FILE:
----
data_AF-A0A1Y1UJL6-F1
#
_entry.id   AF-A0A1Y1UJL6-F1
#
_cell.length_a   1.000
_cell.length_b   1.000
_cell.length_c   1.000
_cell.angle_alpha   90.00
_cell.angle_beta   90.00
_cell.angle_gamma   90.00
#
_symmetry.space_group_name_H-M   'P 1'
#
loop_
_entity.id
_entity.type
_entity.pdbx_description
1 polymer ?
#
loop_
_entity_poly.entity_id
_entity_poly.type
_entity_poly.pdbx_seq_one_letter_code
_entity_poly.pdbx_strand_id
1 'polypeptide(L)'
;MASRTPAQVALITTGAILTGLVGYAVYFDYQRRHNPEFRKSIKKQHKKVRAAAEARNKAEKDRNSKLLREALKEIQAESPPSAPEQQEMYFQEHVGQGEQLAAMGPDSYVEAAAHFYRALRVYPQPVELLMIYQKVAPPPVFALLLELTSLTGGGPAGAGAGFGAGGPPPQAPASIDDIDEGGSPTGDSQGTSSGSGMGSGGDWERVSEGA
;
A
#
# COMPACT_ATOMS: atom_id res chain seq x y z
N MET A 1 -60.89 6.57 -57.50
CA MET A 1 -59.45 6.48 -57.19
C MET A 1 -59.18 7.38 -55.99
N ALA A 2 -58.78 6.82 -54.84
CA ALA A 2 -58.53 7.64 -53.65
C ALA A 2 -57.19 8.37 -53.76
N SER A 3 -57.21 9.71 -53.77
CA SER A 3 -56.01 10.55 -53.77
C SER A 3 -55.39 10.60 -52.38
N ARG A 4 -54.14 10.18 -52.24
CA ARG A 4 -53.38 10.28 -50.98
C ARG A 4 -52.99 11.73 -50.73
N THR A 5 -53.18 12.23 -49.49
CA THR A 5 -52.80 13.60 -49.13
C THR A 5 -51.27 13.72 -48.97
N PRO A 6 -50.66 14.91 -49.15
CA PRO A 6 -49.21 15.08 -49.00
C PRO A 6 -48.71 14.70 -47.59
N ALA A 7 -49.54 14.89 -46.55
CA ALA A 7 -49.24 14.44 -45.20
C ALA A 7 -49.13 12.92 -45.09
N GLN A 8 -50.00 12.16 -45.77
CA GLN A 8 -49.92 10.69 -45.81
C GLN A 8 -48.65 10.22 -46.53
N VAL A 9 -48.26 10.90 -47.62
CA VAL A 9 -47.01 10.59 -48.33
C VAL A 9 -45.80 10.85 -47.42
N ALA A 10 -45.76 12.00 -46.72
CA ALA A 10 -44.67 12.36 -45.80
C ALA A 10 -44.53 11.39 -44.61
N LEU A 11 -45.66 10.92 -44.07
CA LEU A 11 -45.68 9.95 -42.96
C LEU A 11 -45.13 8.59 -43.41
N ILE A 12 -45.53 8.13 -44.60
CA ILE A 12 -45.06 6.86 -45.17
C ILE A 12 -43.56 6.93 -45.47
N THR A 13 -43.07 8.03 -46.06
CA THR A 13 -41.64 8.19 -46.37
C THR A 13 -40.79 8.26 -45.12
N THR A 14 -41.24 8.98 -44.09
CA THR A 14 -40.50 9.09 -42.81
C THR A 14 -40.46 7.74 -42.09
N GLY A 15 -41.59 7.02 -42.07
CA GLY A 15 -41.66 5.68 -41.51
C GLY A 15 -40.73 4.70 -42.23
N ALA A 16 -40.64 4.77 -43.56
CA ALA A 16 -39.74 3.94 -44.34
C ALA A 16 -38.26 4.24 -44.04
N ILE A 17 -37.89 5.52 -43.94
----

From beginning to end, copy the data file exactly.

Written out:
data_AF-A0A1Y1UJL6-F1
#
_entry.id   AF-A0A1Y1UJL6-F1
#
_cell.length_a   1.000
_cell.length_b   1.000
_cell.length_c   1.000
_cell.angle_alpha   90.00
_cell.angle_beta   90.00
_cell.angle_gamma   90.00
#
_symmetry.space_group_name_H-M   'P 1'
#
loop_
_entity.id
_entity.type
_entity.pdbx_description
1 polymer ?
#
loop_
_entity_poly.entity_id
_entity_poly.type
_entity_poly.pdbx_seq_one_letter_code
_entity_poly.pdbx_strand_id
1 'polypeptide(L)'
;MASRTPAQVALITTGAILTGLVGYAVYFDYQRRHNPEFRKSIKKQHKKVRAAAEARNKAEKDRNSKLLREALKEIQAESPPSAPEQQEMYFQEHVGQGEQLAAMGPDSYVEAAAHFYRALRVYPQPVELLMIYQKVAPPPVFALLLELTSLTGGGPAGAGAGFGAGGPPPQAPASIDDIDEGGSPTGDSQGTSSGSGMGSGGDWERVSEGA
;
A
#
# COMPACT_ATOMS: atom_id res chain seq x y z
N MET A 1 -60.89 6.57 -57.50
CA MET A 1 -59.45 6.48 -57.19
C MET A 1 -59.18 7.38 -55.99
N ALA A 2 -58.78 6.82 -54.84
CA ALA A 2 -58.53 7.64 -53.65
C ALA A 2 -57.19 8.37 -53.76
N SER A 3 -57.21 9.71 -53.77
CA SER A 3 -56.01 10.55 -53.77
C SER A 3 -55.39 10.60 -52.38
N ARG A 4 -54.14 10.18 -52.24
CA ARG A 4 -53.38 10.28 -50.98
C ARG A 4 -52.99 11.73 -50.73
N THR A 5 -53.18 12.23 -49.49
CA THR A 5 -52.80 13.60 -49.13
C THR A 5 -51.27 13.72 -48.97
N PRO A 6 -50.66 14.91 -49.15
CA PRO A 6 -49.21 15.08 -49.00
C PRO A 6 -48.71 14.70 -47.59
N ALA A 7 -49.54 14.89 -46.55
CA ALA A 7 -49.24 14.44 -45.20
C ALA A 7 -49.13 12.92 -45.09
N GLN A 8 -50.00 12.16 -45.77
CA GLN A 8 -49.92 10.69 -45.81
C GLN A 8 -48.65 10.22 -46.53
N VAL A 9 -48.26 10.90 -47.62
CA VAL A 9 -47.01 10.59 -48.33
C VAL A 9 -45.80 10.85 -47.42
N ALA A 10 -45.76 12.00 -46.72
CA ALA A 10 -44.67 12.36 -45.80
C ALA A 10 -44.53 11.39 -44.61
N LEU A 11 -45.66 10.92 -44.07
CA LEU A 11 -45.68 9.95 -42.96
C LEU A 11 -45.13 8.59 -43.41
N ILE A 12 -45.53 8.13 -44.60
CA ILE A 12 -45.06 6.86 -45.17
C ILE A 12 -43.56 6.93 -45.47
N THR A 13 -43.07 8.03 -46.06
CA THR A 13 -41.64 8.19 -46.37
C THR A 13 -40.79 8.26 -45.12
N THR A 14 -41.24 8.98 -44.09
CA THR A 14 -40.50 9.09 -42.81
C THR A 14 -40.46 7.74 -42.09
N GLY A 15 -41.59 7.02 -42.07
CA GLY A 15 -41.66 5.68 -41.51
C GLY A 15 -40.73 4.70 -42.23
N ALA A 16 -40.64 4.77 -43.56
CA ALA A 16 -39.74 3.94 -44.34
C ALA A 16 -38.26 4.24 -44.04
N ILE A 17 -37.89 5.52 -43.94